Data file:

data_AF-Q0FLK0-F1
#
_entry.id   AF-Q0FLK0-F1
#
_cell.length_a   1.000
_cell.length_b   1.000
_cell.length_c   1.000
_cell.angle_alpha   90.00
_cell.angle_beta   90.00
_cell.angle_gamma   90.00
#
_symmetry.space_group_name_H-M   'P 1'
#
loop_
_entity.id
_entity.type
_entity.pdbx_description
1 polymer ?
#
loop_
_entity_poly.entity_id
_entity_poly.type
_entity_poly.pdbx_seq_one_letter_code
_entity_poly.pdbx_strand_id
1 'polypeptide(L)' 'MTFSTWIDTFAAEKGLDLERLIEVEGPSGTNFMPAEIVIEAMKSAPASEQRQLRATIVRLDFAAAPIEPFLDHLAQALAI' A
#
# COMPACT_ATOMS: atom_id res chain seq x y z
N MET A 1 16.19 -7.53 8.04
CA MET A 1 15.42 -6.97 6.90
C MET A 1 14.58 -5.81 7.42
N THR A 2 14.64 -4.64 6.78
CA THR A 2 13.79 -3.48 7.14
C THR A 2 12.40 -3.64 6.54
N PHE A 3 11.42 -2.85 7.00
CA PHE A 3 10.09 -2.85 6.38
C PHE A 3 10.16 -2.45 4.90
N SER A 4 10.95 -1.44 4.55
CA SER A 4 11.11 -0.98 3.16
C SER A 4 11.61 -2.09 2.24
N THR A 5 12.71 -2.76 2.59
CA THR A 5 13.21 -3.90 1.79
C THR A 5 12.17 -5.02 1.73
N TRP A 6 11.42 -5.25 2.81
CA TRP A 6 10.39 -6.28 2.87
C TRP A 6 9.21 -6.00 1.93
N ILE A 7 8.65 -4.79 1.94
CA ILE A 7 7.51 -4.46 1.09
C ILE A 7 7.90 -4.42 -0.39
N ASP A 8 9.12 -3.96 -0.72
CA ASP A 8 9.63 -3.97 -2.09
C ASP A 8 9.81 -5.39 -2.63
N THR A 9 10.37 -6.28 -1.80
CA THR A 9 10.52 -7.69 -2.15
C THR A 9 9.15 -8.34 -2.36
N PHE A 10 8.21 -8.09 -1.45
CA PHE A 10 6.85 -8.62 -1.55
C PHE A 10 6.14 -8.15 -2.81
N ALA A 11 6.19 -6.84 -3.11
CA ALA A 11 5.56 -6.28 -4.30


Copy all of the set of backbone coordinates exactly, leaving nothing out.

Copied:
data_AF-Q0FLK0-F1
#
_entry.id   AF-Q0FLK0-F1
#
_cell.length_a   1.000
_cell.length_b   1.000
_cell.length_c   1.000
_cell.angle_alpha   90.00
_cell.angle_beta   90.00
_cell.angle_gamma   90.00
#
_symmetry.space_group_name_H-M   'P 1'
#
loop_
_entity.id
_entity.type
_entity.pdbx_description
1 polymer ?
#
loop_
_entity_poly.entity_id
_entity_poly.type
_entity_poly.pdbx_seq_one_letter_code
_entity_poly.pdbx_strand_id
1 'polypeptide(L)' 'MTFSTWIDTFAAEKGLDLERLIEVEGPSGTNFMPAEIVIEAMKSAPASEQRQLRATIVRLDFAAAPIEPFLDHLAQALAI' A
#
# COMPACT_ATOMS: atom_id res chain seq x y z
N MET A 1 16.19 -7.53 8.04
CA MET A 1 15.42 -6.97 6.90
C MET A 1 14.58 -5.81 7.42
N THR A 2 14.64 -4.64 6.78
CA THR A 2 13.79 -3.48 7.14
C THR A 2 12.40 -3.64 6.54
N PHE A 3 11.42 -2.85 7.00
CA PHE A 3 10.09 -2.85 6.38
C PHE A 3 10.16 -2.45 4.90
N SER A 4 10.95 -1.44 4.55
CA SER A 4 11.11 -0.98 3.16
C SER A 4 11.61 -2.09 2.24
N THR A 5 12.71 -2.76 2.59
CA THR A 5 13.21 -3.90 1.79
C THR A 5 12.17 -5.02 1.73
N TRP A 6 11.42 -5.25 2.81
CA TRP A 6 10.39 -6.28 2.87
C TRP A 6 9.21 -6.00 1.93
N ILE A 7 8.65 -4.79 1.94
CA ILE A 7 7.51 -4.46 1.09
C ILE A 7 7.90 -4.42 -0.39
N ASP A 8 9.12 -3.96 -0.72
CA ASP A 8 9.63 -3.97 -2.09
C ASP A 8 9.81 -5.39 -2.63
N THR A 9 10.37 -6.28 -1.80
CA THR A 9 10.52 -7.69 -2.15
C THR A 9 9.15 -8.34 -2.36
N PHE A 10 8.21 -8.09 -1.45
CA PHE A 10 6.85 -8.62 -1.55
C PHE A 10 6.14 -8.15 -2.81
N ALA A 11 6.19 -6.84 -3.11
CA ALA A 11 5.56 -6.28 -4.30